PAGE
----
Marco Ruggeri, Ph.D.
Instrumentation and quantitative imaging technologies for diagnostic and surgical applications in ophthalmology, including corneal, cataract, glaucoma, pediatric and retinal diseases
Optical Imaging and Instrumentation, Optical Coherence Tomography, Ocular Biometry, Optics, Accommodation
Dr. Ruggeri’s research at the Ophthalmic Biophysics Center (OBC) includes the development of new ophthalmic imaging technologies, particularly based on Optical Coherence Tomography (OCT), for in vivo imaging and biometry of the whole human eye and for supporting corneal and retinal surgery and diagnosis of retinal diseases in pediatric population. Dr. Ruggeri works closely with clinicians to develop imaging technology and applications that can have a direct impact on patient eye care.
Whole eye OCT imaging
Optical Coherence Tomography (OCT) is a non-contact non-invasive optical imaging technique based on interferometry that enables cross-sectional observation of biological tissues almost at cellular level. Since its first application for imaging of the retina (Huang et al, 1991), OCT has become a standard of care for diagnostic ophthalmic imaging because of its ability to display ocular tissues at micrometer-resolution. The initial commercial OCT instrumentations were based on so-called Time-domain technology (TD-OCT), which featured relatively low scanning rates. Over the past decade, OCT has evolved rapidly from time-domain to frequency domain technology (FD-OCT) enabling increased scanning speed. Today, conventional FD-OCT systems are extensively used in clinical practice. However, their use has been limited to imaging of relatively thin ocular structures such as the cornea and the retina because of the short imaging depth affecting FD-OCT. In the past few years, an effort has been made by Dr. Ruggeri’s team to extend the axial range of FD-OCT implementations to the full eye length while preserving high resolution. To do so, a technology based on optical switching was conceived and published in 2012. A patent including the optical switching method for extending the OCT axial range was recently granted (US 8,425,037 B2). The extended depth OCT technology developed at Dr. Ruggeri’s lab enables dynamic imaging of the eye from the cornea to the retina including its internal structures in real-time (Figure 1). The imaging equipment is currently used for research and clinical application where long imaging range is required such as, for example, studying the mechanical changes of the crystalline lens and the anterior chamber during accommodation and with age. Whole eye biometry is another promising feature provided by this technology that has the potential of producing accurate intraocular lens power calculation prior to cataract surgery.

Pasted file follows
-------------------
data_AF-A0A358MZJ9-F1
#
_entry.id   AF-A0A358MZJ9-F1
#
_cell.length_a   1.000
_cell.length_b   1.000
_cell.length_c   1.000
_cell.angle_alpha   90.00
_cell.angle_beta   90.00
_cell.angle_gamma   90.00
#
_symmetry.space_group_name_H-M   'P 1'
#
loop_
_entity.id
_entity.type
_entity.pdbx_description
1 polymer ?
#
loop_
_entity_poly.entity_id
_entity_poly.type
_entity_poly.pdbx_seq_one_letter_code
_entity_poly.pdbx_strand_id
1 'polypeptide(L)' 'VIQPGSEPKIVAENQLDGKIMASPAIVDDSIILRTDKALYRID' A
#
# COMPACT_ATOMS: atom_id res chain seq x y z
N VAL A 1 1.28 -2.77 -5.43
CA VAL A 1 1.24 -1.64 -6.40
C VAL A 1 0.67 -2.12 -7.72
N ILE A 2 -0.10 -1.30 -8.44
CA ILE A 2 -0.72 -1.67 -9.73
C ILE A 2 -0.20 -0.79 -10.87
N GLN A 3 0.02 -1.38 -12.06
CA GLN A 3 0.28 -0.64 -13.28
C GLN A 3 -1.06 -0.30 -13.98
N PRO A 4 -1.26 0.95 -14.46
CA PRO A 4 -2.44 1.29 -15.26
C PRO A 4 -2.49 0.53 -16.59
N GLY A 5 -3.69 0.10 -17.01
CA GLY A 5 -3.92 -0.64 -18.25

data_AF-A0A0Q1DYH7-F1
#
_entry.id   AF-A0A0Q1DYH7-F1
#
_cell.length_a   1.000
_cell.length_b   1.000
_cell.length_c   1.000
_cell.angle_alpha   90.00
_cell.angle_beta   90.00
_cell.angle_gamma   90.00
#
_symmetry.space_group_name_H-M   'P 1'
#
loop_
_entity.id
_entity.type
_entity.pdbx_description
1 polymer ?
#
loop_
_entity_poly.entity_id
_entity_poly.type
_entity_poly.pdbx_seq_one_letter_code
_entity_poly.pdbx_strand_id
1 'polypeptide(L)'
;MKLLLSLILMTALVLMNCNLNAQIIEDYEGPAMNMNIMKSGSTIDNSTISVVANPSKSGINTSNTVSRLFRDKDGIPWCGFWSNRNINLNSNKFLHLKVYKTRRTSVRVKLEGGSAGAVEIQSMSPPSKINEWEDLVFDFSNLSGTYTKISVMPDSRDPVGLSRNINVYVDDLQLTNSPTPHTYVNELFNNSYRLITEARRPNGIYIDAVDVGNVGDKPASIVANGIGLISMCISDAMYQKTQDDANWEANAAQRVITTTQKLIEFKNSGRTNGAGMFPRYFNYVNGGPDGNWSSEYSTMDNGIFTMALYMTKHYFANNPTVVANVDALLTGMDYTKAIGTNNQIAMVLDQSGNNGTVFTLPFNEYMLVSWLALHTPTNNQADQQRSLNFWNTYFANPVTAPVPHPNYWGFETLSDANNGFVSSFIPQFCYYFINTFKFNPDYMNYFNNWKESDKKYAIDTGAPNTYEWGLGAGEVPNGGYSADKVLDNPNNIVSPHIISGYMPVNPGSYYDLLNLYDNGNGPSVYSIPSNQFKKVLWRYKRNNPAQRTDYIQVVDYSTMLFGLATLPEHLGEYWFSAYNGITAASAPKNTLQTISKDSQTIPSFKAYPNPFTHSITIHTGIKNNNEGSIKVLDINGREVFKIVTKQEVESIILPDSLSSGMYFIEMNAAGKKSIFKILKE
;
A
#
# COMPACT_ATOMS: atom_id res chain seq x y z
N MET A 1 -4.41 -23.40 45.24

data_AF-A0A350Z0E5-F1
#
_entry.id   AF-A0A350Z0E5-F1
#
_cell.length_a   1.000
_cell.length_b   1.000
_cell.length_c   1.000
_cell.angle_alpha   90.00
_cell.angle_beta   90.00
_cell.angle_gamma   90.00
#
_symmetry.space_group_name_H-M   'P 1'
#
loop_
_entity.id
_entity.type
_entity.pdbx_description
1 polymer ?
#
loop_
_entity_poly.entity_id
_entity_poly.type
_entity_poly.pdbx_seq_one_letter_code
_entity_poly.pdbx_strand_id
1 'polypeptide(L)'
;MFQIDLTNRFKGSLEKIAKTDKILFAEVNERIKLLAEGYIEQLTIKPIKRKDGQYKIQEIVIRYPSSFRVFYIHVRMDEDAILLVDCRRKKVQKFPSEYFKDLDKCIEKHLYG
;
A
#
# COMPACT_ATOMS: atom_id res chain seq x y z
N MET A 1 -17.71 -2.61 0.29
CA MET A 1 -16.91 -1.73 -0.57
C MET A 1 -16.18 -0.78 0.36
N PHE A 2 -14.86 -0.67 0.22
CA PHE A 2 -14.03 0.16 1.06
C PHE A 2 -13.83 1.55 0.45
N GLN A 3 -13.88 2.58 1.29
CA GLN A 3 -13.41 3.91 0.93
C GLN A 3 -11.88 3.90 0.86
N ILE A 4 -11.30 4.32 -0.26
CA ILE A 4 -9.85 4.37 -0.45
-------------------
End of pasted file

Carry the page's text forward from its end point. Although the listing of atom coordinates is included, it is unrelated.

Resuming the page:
Dynamic OCT imaging of accommodation
This project is part of a broad program established at the OBC that has the long term goal of developing and evaluating strategies to restore accommodation and treat presbyopia. The development of procedures to restore accommodation such as accommodative intraocular lens implants and lens refilling techniques has created a need for imaging tool that can objectively evaluate the clinical efficacy of these procedures. A new custom made OCT system was recently developed by Dr. Ruggeri’s team to simultaneously quantify the dynamic optical and mechanical accommodative functions of the human eye. The instrumentation to study accommodation will help characterize the age-dependence of the optical and anatomical changes in the lens and in the ciliary muscle with accommodation and age. Early in 2014, this work was recognized at the world’s largest biomedical optics conference (BiOS conference of SPIE) with the Pascal Rol award for excellence in Ophthalmic Technology.